Encounter Books

Encounter Books
Parent company Encounter for Culture and Education, Inc.
Founded 1997
Founder Peter Collier
Successor Roger Kimball
Country of origin United States
Headquarters location New York City
Distribution Two Rivers Distribution
Publication types books
Official website www.encounterbooks.com

Encounter Books is an American conservative book publisher. It draws its name from Encounter, the now defunct literary magazine founded by Irving Kristol and Stephen Spender.[1][2]

Encounter Books publishes non-fiction books in the areas of politics, history, religion, biography, education, public policy, current affairs and social sciences.


Encounter Books was founded in 1998 in San Francisco by the Bradley Foundation, with Peter Collier as editor.[2][3] Collier retired in late-2005. Encounter Books was taken over by the commentator Roger Kimball, who is also co-editor and publisher of The New Criterion magazine. In early 2006, Kimball relocated Encounter Books to New York City.

Commercial appeal

Several of its titles have sold sufficiently to appear on The New York Times Best Seller List, including Black Rednecks and White Liberals by Thomas Sowell, Climate Confusion by Roy W. Spencer, Willful Blindness by Andrew C. McCarthy, and The Grand Jihad, also by McCarthy.

Encounter Broadsides

In October 2009, Encounter launched a series of short polemical booklets in what it said was the spirit of The Federalist Papers and Thomas Paine's Common Sense. These are called Encounter Broadsides. The series publishes well-known commentators on topical political issues from health care and immigration to the Guantanamo Bay internment camp. Published Broadside authors include John R. Bolton, Victor Davis Hanson, John Fund, Michael Ledeen, Andrew C. McCarthy, Betsy McCaughey, Stephen Moore, and Michael B. Mukasey.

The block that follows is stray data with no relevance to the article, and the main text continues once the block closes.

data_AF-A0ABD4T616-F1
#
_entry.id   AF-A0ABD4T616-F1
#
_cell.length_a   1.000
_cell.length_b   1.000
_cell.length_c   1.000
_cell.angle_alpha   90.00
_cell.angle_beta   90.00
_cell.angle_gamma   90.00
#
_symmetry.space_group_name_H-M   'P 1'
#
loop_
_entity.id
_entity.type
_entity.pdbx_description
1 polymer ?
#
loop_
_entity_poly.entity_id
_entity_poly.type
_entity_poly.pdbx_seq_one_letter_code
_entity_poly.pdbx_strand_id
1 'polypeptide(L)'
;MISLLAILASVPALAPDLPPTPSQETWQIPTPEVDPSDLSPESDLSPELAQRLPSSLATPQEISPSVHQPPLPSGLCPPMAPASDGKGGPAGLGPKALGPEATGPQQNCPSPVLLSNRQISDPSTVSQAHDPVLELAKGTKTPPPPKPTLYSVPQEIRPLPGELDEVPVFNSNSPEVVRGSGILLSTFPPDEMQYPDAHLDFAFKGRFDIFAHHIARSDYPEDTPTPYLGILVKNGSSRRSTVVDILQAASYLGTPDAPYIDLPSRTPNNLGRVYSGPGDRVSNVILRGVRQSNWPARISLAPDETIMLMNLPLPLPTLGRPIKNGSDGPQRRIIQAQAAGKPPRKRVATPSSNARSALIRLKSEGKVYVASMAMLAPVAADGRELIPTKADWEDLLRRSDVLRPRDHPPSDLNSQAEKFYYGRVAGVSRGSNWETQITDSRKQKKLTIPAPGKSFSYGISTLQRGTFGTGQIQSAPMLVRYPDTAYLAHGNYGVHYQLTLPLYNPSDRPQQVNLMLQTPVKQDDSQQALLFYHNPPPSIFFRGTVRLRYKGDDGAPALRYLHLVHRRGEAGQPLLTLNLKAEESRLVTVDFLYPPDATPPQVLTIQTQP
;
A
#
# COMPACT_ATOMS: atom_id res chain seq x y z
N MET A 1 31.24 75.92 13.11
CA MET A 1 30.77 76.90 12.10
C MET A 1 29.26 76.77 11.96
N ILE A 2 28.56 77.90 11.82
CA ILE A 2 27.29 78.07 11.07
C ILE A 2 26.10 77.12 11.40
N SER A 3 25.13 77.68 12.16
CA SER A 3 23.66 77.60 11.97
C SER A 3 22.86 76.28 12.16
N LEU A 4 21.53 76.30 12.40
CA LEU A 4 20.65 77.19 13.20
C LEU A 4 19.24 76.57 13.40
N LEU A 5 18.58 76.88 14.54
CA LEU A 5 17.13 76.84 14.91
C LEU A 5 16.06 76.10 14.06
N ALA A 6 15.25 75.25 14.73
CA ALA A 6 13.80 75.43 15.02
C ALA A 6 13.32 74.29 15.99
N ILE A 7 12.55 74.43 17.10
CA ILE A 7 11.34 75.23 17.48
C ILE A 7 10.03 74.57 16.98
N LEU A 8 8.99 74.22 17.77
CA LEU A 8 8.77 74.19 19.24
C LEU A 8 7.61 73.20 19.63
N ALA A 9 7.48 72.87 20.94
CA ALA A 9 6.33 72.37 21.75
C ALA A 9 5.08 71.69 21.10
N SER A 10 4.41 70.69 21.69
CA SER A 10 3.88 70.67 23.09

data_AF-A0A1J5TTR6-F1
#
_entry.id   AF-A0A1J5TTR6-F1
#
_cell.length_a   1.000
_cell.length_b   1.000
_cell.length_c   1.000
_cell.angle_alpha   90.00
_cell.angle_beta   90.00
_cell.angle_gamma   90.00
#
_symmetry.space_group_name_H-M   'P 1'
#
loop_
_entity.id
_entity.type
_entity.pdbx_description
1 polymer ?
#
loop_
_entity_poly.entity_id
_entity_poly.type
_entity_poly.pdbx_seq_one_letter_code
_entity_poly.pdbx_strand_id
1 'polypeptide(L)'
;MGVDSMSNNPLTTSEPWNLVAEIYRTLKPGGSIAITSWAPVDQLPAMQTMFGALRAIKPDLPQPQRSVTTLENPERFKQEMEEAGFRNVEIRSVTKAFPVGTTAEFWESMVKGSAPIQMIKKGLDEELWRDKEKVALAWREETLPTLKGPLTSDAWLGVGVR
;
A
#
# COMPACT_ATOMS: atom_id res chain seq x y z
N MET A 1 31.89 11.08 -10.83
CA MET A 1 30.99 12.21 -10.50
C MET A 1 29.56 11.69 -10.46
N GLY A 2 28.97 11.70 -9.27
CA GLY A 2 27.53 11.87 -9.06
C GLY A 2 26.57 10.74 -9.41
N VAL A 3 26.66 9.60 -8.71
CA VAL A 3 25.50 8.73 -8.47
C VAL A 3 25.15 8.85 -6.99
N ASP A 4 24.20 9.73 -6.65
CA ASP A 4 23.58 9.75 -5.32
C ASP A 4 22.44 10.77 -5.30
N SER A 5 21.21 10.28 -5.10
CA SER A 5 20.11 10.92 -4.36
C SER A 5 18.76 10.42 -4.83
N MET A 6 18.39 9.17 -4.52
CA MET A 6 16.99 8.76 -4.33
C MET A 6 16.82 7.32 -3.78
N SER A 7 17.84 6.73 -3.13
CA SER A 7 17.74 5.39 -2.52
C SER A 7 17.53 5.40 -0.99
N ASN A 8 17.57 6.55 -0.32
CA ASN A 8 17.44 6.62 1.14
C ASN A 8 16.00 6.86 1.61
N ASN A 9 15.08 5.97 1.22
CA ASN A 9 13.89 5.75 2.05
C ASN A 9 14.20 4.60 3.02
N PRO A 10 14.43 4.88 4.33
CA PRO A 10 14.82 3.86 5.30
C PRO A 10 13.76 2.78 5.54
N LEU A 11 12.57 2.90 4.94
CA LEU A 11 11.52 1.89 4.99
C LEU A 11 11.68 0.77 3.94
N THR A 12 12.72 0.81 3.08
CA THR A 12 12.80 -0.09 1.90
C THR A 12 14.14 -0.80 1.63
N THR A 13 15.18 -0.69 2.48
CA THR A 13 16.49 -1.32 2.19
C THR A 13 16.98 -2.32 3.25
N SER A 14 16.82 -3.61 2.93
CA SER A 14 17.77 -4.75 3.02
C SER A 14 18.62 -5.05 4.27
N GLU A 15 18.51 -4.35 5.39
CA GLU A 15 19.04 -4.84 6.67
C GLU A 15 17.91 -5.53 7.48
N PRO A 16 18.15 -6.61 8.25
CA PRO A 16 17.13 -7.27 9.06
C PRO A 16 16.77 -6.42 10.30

Publishers Weekly reported that the series would be "crashed", meaning produced and marketed on an aggressive turnaround schedule.[4] Publisher Roger Kimball said of the series:

[T]he imprint will serve as “a new—or rather, a revival of an old—genre that is supple enough to respond quickly to unfolding events and yet authoritative enough to have an important effect on the debate over policy.”[4]

Review policies

In June 2009, Encounter announced that it was no longer sending its books to The New York Times Book Review. At the time publisher Roger Kimball complained that the New York Times was politicized and superficial in its cultural coverage. He said his books could not expect positive reviews from the Times and said they could gain "impetus" from "the pluralistic universe of talk radio and the 'blogosphere'." He said Encounter could have its books make the Times’s bestseller list without needing a review from the paper.[5]


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